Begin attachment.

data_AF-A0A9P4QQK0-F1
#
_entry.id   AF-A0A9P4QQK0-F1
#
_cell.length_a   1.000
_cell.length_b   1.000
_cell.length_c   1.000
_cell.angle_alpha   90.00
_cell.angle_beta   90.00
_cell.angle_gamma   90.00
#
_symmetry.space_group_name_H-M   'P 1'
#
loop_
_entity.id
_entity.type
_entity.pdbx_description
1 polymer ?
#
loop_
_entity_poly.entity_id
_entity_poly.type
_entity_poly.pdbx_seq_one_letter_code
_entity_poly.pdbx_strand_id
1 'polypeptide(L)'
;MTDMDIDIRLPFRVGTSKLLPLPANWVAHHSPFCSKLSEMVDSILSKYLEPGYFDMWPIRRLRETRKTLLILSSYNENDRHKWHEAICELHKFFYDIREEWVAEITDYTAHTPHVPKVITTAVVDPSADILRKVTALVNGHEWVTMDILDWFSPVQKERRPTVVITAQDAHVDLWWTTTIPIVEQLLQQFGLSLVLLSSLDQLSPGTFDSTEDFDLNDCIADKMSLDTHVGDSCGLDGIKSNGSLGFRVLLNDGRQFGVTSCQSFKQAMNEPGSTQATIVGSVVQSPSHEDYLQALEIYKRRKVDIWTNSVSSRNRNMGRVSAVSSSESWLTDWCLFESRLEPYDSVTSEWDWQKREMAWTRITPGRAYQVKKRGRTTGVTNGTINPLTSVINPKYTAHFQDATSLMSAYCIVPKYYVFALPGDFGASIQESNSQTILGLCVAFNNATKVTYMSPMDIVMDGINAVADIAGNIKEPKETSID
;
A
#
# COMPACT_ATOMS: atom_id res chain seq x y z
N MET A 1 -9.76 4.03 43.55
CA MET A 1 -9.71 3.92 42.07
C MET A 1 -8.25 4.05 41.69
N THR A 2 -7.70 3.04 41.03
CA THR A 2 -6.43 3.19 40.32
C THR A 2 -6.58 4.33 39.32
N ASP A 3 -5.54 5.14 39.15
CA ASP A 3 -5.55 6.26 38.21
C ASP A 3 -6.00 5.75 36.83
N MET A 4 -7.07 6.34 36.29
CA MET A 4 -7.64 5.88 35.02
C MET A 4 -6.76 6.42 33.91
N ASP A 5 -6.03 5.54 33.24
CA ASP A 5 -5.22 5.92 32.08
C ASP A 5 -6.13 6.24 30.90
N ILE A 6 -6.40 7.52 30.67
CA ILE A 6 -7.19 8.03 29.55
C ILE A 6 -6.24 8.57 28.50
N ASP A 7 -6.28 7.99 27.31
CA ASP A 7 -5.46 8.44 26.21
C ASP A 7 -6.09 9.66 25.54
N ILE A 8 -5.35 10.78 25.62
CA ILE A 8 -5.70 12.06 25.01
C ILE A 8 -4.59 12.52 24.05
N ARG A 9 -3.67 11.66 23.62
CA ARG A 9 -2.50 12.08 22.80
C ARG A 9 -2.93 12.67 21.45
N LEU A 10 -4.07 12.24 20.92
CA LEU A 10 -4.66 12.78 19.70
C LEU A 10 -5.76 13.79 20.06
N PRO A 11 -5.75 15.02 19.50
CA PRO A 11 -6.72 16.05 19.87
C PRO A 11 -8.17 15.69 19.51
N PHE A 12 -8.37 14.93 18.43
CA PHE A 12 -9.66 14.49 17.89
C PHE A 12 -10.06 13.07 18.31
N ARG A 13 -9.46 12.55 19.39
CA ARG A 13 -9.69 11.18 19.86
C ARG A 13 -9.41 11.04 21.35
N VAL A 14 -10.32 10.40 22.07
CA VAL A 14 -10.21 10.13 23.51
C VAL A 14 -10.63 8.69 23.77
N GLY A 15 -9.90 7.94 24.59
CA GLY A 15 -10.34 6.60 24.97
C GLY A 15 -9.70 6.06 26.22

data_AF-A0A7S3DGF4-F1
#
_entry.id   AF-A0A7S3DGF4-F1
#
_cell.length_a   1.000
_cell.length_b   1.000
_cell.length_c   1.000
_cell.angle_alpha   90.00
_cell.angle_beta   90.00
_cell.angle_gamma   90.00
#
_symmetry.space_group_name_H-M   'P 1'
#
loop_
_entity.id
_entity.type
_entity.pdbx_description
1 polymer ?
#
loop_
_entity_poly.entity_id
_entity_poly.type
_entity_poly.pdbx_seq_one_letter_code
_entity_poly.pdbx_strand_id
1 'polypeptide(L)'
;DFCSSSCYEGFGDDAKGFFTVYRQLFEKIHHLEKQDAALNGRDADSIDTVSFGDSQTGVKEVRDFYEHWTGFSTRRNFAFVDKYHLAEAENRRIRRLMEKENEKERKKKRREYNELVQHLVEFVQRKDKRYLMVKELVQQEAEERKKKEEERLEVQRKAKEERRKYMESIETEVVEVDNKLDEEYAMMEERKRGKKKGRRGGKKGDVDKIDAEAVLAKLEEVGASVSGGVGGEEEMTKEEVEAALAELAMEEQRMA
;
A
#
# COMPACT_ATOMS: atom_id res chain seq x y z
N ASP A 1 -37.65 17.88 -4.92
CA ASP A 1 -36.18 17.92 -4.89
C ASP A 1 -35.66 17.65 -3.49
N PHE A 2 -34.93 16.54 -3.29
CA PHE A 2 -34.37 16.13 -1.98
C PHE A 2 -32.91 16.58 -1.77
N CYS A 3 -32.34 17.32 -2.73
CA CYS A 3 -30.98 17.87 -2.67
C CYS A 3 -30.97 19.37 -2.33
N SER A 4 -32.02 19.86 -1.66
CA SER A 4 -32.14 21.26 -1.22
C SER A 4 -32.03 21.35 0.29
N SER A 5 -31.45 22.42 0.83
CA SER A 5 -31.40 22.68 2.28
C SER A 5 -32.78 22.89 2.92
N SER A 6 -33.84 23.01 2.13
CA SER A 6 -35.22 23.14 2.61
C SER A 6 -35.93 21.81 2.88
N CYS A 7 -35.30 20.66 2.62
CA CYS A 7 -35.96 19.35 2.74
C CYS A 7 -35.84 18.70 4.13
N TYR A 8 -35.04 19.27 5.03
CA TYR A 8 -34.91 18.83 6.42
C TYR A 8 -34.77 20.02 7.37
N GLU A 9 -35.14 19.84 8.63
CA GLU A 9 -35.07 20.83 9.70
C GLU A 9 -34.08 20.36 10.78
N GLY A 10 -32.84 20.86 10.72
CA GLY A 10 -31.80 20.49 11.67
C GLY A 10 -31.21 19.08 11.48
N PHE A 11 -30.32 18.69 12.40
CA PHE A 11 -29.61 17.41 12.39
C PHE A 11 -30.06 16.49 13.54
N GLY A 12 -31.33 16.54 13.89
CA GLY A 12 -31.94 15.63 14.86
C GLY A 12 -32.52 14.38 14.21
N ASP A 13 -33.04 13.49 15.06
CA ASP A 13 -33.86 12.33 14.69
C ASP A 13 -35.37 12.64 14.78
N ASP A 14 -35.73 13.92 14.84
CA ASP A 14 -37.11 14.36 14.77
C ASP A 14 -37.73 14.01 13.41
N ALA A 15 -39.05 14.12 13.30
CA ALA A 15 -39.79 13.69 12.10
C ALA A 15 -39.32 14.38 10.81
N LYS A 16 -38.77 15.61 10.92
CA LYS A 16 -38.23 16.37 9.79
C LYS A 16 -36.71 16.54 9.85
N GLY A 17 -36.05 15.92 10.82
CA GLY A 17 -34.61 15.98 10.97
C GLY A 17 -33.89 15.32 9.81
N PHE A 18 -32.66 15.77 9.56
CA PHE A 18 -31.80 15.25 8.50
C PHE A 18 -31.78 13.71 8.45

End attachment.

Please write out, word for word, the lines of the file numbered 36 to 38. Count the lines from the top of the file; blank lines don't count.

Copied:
C THR A 2 -6.58 4.33 39.32
N ASP A 3 -5.54 5.14 39.15
CA ASP A 3 -5.55 6.26 38.21